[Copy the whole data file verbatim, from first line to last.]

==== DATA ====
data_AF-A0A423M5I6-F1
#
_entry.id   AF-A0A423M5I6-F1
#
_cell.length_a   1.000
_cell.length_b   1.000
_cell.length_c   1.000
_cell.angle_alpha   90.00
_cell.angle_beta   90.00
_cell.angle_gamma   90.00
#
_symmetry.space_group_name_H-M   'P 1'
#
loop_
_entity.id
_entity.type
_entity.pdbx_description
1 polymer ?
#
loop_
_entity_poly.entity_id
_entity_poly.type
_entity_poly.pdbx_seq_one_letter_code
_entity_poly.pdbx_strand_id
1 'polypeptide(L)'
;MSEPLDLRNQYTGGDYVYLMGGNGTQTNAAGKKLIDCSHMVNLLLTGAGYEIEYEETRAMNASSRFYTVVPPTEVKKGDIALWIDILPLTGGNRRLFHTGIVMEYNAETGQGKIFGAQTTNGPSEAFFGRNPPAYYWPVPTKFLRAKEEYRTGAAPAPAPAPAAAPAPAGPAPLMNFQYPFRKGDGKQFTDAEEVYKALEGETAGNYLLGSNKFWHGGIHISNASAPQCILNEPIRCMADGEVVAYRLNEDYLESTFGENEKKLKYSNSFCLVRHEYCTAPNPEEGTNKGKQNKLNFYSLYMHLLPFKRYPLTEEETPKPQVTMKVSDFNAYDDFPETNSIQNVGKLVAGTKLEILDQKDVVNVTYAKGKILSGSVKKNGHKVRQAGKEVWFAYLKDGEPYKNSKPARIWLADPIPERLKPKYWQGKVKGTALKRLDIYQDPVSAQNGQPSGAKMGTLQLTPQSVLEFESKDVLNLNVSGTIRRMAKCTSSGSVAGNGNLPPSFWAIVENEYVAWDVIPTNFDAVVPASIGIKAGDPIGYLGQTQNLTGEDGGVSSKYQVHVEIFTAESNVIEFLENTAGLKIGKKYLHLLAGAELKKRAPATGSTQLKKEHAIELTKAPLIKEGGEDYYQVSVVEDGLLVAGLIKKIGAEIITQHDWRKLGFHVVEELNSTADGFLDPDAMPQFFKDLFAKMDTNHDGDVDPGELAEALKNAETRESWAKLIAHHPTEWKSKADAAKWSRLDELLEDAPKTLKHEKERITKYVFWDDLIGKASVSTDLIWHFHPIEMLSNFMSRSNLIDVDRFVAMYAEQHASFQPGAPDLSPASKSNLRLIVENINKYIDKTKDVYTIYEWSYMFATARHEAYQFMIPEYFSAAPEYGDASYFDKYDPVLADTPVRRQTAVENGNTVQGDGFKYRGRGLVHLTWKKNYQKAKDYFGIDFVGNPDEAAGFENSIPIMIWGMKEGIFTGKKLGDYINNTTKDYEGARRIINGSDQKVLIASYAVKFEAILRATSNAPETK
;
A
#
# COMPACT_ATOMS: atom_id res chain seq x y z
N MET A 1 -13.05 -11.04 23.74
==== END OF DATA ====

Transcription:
data_AF-A0A423M5I6-F1
#
_entry.id   AF-A0A423M5I6-F1
#
_cell.length_a   1.000
_cell.length_b   1.000
_cell.length_c   1.000
_cell.angle_alpha   90.00
_cell.angle_beta   90.00
_cell.angle_gamma   90.00
#
_symmetry.space_group_name_H-M   'P 1'
#
loop_
_entity.id
_entity.type
_entity.pdbx_description
1 polymer ?
#
loop_
_entity_poly.entity_id
_entity_poly.type
_entity_poly.pdbx_seq_one_letter_code
_entity_poly.pdbx_strand_id
1 'polypeptide(L)'
;MSEPLDLRNQYTGGDYVYLMGGNGTQTNAAGKKLIDCSHMVNLLLTGAGYEIEYEETRAMNASSRFYTVVPPTEVKKGDIALWIDILPLTGGNRRLFHTGIVMEYNAETGQGKIFGAQTTNGPSEAFFGRNPPAYYWPVPTKFLRAKEEYRTGAAPAPAPAPAAAPAPAGPAPLMNFQYPFRKGDGKQFTDAEEVYKALEGETAGNYLLGSNKFWHGGIHISNASAPQCILNEPIRCMADGEVVAYRLNEDYLESTFGENEKKLKYSNSFCLVRHEYCTAPNPEEGTNKGKQNKLNFYSLYMHLLPFKRYPLTEEETPKPQVTMKVSDFNAYDDFPETNSIQNVGKLVAGTKLEILDQKDVVNVTYAKGKILSGSVKKNGHKVRQAGKEVWFAYLKDGEPYKNSKPARIWLADPIPERLKPKYWQGKVKGTALKRLDIYQDPVSAQNGQPSGAKMGTLQLTPQSVLEFESKDVLNLNVSGTIRRMAKCTSSGSVAGNGNLPPSFWAIVENEYVAWDVIPTNFDAVVPASIGIKAGDPIGYLGQTQNLTGEDGGVSSKYQVHVEIFTAESNVIEFLENTAGLKIGKKYLHLLAGAELKKRAPATGSTQLKKEHAIELTKAPLIKEGGEDYYQVSVVEDGLLVAGLIKKIGAEIITQHDWRKLGFHVVEELNSTADGFLDPDAMPQFFKDLFAKMDTNHDGDVDPGELAEALKNAETRESWAKLIAHHPTEWKSKADAAKWSRLDELLEDAPKTLKHEKERITKYVFWDDLIGKASVSTDLIWHFHPIEMLSNFMSRSNLIDVDRFVAMYAEQHASFQPGAPDLSPASKSNLRLIVENINKYIDKTKDVYTIYEWSYMFATARHEAYQFMIPEYFSAAPEYGDASYFDKYDPVLADTPVRRQTAVENGNTVQGDGFKYRGRGLVHLTWKKNYQKAKDYFGIDFVGNPDEAAGFENSIPIMIWGMKEGIFTGKKLGDYINNTTKDYEGARRIINGSDQKVLIASYAVKFEAILRATSNAPETK
;
A
#
# COMPACT_ATOMS: atom_id res chain seq x y z
N MET A 1 -13.05 -11.04 23.74